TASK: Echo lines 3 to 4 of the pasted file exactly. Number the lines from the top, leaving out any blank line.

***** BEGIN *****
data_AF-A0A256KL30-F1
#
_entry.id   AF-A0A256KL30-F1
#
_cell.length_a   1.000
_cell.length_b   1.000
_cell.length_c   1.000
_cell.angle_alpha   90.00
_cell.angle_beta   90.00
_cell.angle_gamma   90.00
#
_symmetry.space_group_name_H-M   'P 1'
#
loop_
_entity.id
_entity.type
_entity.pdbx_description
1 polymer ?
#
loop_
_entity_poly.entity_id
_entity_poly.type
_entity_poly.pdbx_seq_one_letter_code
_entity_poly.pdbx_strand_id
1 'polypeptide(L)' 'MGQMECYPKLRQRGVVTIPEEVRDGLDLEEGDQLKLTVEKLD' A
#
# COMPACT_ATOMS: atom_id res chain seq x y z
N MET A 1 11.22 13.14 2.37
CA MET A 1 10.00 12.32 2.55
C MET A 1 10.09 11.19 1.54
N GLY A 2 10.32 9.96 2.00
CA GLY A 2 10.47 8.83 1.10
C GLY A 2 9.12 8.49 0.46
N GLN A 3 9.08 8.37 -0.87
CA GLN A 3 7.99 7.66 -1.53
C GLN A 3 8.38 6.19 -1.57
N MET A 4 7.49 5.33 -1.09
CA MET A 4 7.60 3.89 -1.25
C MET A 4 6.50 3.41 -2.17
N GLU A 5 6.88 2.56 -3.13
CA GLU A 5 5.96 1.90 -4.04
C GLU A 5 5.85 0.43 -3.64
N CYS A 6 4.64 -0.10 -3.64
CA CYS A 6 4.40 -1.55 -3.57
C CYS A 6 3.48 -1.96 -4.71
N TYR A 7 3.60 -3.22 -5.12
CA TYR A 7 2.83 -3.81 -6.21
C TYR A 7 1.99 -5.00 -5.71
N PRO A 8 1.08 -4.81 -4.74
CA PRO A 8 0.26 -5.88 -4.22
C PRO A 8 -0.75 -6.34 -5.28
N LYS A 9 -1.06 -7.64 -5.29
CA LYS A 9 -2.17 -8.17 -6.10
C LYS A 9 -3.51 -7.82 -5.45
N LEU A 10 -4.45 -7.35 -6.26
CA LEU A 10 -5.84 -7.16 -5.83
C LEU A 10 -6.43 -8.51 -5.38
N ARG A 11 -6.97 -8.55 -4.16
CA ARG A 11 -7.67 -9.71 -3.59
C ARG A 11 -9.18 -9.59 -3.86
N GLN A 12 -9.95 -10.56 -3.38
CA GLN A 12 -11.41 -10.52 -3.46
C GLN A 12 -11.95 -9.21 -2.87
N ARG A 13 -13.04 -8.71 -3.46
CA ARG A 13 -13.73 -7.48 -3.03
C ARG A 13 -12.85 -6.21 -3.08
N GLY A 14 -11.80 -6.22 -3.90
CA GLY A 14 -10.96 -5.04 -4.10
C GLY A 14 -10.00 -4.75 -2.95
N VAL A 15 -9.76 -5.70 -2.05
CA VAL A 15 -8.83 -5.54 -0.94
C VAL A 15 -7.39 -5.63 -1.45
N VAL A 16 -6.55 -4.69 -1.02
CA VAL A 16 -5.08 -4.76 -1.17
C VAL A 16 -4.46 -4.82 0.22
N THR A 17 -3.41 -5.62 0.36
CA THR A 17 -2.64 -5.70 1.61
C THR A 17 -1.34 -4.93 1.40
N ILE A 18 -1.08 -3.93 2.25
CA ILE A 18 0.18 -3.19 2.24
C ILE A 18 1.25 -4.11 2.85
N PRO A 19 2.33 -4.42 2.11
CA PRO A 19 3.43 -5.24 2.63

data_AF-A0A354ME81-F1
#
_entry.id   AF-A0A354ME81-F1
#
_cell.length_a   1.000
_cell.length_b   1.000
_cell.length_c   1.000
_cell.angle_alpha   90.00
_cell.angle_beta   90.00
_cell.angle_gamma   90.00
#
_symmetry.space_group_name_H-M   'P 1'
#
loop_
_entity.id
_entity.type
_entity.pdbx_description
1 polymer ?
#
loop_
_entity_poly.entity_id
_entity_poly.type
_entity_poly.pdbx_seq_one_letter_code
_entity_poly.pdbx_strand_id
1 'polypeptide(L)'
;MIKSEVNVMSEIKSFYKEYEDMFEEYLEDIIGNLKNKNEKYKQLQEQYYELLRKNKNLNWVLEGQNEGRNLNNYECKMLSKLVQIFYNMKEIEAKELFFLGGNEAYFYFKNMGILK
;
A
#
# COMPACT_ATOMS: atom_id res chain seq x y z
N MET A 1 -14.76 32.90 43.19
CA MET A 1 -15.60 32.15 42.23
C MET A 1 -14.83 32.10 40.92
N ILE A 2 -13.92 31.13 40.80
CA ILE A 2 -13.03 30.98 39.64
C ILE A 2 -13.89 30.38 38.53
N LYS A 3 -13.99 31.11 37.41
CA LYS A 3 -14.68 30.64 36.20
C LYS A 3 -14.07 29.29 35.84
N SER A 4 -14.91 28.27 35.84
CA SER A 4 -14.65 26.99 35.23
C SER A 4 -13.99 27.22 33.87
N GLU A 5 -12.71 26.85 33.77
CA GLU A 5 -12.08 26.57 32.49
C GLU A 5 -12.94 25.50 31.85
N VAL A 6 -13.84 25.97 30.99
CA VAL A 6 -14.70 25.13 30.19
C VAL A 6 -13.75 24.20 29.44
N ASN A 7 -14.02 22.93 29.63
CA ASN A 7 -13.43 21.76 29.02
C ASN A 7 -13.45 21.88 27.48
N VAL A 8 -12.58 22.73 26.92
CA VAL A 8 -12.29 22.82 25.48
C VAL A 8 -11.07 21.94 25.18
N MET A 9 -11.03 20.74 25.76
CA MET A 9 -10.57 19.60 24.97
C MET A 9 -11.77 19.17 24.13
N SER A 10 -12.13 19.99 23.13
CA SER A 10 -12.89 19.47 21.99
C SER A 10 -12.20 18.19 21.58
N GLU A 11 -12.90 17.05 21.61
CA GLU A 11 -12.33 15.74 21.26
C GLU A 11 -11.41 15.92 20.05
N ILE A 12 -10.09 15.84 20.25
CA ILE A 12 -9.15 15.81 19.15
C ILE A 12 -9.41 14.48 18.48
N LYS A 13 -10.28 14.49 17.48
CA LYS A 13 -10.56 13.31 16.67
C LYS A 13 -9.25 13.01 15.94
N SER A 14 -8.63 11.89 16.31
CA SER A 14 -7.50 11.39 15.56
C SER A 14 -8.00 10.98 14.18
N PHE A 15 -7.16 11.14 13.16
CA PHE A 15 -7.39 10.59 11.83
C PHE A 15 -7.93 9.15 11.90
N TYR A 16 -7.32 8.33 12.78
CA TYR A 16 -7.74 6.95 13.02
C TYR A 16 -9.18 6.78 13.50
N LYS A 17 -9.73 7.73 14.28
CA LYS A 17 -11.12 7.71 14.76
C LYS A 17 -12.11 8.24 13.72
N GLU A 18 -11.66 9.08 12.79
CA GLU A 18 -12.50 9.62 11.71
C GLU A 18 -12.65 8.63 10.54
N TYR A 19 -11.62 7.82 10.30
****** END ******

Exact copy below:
_entry.id   AF-A0A256KL30-F1
#